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Genetic Risk For Opiate Dependence

Some recent studies have taken place to see if there is a connection between genetics and opiate addiction. One study from the journal for Biological Psychiatry shows an analysis of 12,000 genomes in addicts and non-addicts. An unexpected result of this study showed significant risk factors for dependence on opiates in some genes.

In studies that have been performed over the years, research was focused on brain receptors known as neurotransmitters affected by prescription painkillers such as Oxycodone and Vicodin (common opiates). This new groundbreaking research found the most noticeable genetic variations associated with opioid dependency occurred in areas of the genes that encode proteins governing potassium and calcium signaling in the nervous system.

“Potassium and calcium signaling were brought to the fore as the most important systems in terms of contribution to genetic risk in our sample,” said Joel Gelernter, Foundations Fund Professor of Psychiatry and lead author of the study. “Findings like these will help provide insight into new therapeutic and prevention strategies.”

Genome association studies have been performed in the past with drugs. Most commonly studied drugs have been nicotine and cocaine because of their addictive qualities. This is the first study of it's kind related to opiate addiction. It is estimated that nearly 60 percent of addiction risk for the genome trait is inherited. Gelertner stresses that eventually the number of genetic variants involved in addiction may number in the thousands as more and more studies are conducted. His lab has already started it's next study by harvesting genes of opioid dependent subjects. “We hope that study will provide us with more insight into specific risk variants for this trait,” he said.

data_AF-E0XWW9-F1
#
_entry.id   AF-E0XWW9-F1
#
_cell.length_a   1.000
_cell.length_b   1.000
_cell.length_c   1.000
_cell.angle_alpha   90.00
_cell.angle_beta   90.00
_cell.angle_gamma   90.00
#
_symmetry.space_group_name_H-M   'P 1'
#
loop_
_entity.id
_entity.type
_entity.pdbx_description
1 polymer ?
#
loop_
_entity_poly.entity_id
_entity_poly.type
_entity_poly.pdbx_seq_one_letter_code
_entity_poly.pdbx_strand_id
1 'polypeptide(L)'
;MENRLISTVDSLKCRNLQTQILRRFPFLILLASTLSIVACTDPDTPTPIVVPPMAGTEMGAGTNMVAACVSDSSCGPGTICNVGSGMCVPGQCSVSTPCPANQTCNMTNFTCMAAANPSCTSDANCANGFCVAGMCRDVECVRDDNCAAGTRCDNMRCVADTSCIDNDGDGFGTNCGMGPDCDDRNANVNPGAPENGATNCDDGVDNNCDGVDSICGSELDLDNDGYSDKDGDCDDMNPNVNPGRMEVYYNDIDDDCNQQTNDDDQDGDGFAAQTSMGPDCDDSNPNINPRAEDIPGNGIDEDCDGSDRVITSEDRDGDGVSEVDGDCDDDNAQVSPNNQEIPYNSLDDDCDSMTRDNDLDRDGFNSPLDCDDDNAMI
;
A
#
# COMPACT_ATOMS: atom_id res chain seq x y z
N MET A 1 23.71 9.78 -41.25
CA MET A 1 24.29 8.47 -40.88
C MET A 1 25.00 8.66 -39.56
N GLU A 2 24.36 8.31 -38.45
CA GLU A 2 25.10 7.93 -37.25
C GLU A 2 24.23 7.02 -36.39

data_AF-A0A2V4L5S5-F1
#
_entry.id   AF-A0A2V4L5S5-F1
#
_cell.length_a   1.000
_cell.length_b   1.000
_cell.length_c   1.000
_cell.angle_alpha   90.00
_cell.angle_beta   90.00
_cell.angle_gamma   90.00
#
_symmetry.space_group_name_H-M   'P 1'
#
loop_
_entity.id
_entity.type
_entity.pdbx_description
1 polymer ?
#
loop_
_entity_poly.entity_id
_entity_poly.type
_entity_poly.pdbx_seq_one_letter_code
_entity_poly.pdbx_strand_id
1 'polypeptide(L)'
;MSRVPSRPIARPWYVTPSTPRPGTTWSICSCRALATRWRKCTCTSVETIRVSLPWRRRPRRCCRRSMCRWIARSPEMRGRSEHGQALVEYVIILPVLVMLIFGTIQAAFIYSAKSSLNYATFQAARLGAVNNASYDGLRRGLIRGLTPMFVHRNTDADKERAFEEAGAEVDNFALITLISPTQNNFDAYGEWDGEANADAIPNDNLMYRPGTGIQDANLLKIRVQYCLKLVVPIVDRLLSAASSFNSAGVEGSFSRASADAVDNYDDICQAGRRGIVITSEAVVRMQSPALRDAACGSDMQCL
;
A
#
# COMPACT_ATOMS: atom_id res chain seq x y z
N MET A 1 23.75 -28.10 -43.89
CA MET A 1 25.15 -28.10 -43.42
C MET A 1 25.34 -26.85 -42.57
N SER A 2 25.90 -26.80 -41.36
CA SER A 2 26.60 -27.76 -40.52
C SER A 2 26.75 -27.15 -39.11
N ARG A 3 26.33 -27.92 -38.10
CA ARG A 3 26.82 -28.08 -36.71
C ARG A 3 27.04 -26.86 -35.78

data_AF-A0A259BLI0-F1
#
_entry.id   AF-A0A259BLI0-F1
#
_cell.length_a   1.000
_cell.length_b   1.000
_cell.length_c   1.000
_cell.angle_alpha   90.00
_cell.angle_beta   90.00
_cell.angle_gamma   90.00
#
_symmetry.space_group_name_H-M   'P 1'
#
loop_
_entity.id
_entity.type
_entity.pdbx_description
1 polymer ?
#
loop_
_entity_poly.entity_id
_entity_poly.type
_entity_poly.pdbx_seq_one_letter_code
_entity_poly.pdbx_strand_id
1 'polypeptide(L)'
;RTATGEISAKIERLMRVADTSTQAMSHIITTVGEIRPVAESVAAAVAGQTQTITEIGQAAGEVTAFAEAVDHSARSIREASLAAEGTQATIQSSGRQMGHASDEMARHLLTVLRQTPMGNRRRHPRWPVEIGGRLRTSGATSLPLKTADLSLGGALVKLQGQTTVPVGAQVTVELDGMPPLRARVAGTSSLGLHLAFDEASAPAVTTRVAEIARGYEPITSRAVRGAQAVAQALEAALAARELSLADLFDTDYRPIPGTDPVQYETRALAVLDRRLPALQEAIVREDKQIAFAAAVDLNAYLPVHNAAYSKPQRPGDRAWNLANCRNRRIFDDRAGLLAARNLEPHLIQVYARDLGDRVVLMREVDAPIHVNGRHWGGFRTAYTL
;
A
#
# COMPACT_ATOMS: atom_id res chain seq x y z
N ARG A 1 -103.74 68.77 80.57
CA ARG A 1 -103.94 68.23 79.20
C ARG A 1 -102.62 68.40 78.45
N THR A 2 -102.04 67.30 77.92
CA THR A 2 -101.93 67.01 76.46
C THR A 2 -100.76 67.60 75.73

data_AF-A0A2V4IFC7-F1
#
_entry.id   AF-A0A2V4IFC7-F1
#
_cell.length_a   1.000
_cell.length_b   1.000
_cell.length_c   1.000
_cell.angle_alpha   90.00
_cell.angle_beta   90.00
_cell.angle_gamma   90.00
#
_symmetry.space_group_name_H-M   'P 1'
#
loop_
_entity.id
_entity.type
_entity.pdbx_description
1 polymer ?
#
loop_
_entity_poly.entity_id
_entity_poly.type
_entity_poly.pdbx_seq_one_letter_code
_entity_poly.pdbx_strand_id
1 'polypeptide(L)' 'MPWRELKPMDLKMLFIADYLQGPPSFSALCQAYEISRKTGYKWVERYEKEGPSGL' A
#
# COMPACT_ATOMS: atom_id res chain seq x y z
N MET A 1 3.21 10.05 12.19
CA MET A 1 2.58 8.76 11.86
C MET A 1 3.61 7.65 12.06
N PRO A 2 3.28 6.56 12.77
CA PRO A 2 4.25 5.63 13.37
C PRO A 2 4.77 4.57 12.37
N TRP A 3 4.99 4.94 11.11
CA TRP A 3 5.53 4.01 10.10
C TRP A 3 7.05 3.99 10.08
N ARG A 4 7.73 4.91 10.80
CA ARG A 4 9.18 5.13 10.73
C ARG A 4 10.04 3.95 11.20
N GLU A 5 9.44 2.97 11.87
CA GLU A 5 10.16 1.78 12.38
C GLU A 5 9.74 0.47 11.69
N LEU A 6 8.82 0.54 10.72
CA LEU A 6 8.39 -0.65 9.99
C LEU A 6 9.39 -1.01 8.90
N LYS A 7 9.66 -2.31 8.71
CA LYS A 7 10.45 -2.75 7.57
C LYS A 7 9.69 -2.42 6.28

Studies like these are extremely important for our society. As more and more people fall into the cycle of opiate addiction, doctors, scientists and geneticists will look for ways in which specific genes affect addiction.  Once we understand more about addiction and why certain people become addicted easier, this could lead to breakthroughs in helping to stop addiction. 

The human body and brain are extremely complicated and with the help of genome sequencing we may soon come to understand more about how addiction works.  Learning how opiates affect the body may save the lives of many people. I hope to see more groups of scientists taking the initiative to learn how we may be able to see ahead of time who is susceptible to opiate addiction, and ways to fight it.


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